Dust, Drought, and Depression #2
This young lady, Lois Adolf, is #004 in the series Eyes of the Great Depression
In 1939, Lois Adolf’s family was “on relief.” Her father had borrowed money from the Farm Security Administration (FSA) for rural rehabilitation, “$2,138. 80 acres of Indian land, on three year lease.” In August, a photographer from FSA doing documentary work visited. That photographer was Dorothea Lange.
“One of Chris Adolph’s younger children. Farm Security Administration Rehabilitation clients. Came to the Yakima Valley in 1937 from Bethune, Kit Carson County, Colorado. He owned his own farm there and he had lived there all his life. Drought forced him out with his wife and 8 children. His wife had been a school teacher …. ‘I’ve broke thousands of acres of sod. The dust got so bad that we had to sleep with wet cloths over our faces.’” 1
Besides the photo that became one of the iconic images of the Great Depression, Lois appears in several other photos Lange took on her brief visit with the Adolfs.
Bill Ganzel located Lois in 1979 and interviewed her for “Dust Bowl Descent,” a grant project administered by the Nebraska State Historical Society.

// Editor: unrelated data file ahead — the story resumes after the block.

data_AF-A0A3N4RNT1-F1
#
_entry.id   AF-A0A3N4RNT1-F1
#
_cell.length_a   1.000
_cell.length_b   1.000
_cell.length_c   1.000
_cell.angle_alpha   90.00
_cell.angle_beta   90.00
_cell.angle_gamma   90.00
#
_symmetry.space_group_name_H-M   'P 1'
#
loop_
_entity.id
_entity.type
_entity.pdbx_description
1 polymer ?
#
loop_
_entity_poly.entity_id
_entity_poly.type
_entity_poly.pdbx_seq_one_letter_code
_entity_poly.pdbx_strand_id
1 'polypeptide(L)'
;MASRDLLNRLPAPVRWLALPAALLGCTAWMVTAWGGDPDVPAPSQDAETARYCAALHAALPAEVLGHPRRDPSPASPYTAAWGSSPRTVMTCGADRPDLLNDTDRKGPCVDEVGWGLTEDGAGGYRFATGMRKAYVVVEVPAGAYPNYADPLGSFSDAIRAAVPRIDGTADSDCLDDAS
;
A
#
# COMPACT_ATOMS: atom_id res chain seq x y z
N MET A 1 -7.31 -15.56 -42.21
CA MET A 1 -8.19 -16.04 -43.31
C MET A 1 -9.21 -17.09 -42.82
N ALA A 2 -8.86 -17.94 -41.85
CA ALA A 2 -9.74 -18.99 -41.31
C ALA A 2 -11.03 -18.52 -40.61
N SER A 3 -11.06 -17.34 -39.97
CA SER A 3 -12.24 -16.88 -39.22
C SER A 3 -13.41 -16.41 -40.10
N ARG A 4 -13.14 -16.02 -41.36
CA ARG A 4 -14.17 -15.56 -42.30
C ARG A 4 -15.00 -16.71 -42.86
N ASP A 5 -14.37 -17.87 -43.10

“Lois didn’t remember the photograph being taken, let alone why she might have felt sad. She remembered being close to her mother. But she also remembered how terrible the dust storms in Colorado were. She remembered how hard it was to make a living. That was why they left the plains for Washington. She loved Washington and never wanted to move back.”2
Lois’s father, Chris Adolf, told Ms. Lange, “My father made me work. That was his mistake, he made me work too hard. I learned about farming but nothing out of the books.” 3
[Question:] “Tell me about what was it like in Colorado?”
[Lois Adolf Houle:] “It was terrible. [Laughs.] We had dust storms and droughts. We survived back there as long as we possibly could. I can remember one dust storm back there. We were coming from my grandparents’ in Straton. And as we got closer to home, you could see this big gray matter up in the air. And the minute we got home, we had a storm cellar built with things to eat and everything else in it. We were all taken to the storm cellar right away, and they went in and closed the house all up good. And we stayed down there until the storm was over. It just came to the point where we couldn’t live any more back there. And we had relatives out here already.”
[Question:] “Did they write back or anything?”
“Oh, yes! Oh, yeah! Everything was ‘beautiful’ out here. [Laughs.] This was the land of milk and honey out here.”4
1 Dorothea Lange: A Life Beyond Limits by Linda Gordon, W. W. Norton & Company, Oct 11, 201, Plate 16.
2 Bill Ganzel
3 Library of Congress
4 Oral history excerpt, Lois Adolf Houle, Living History Farm, York, Nebraska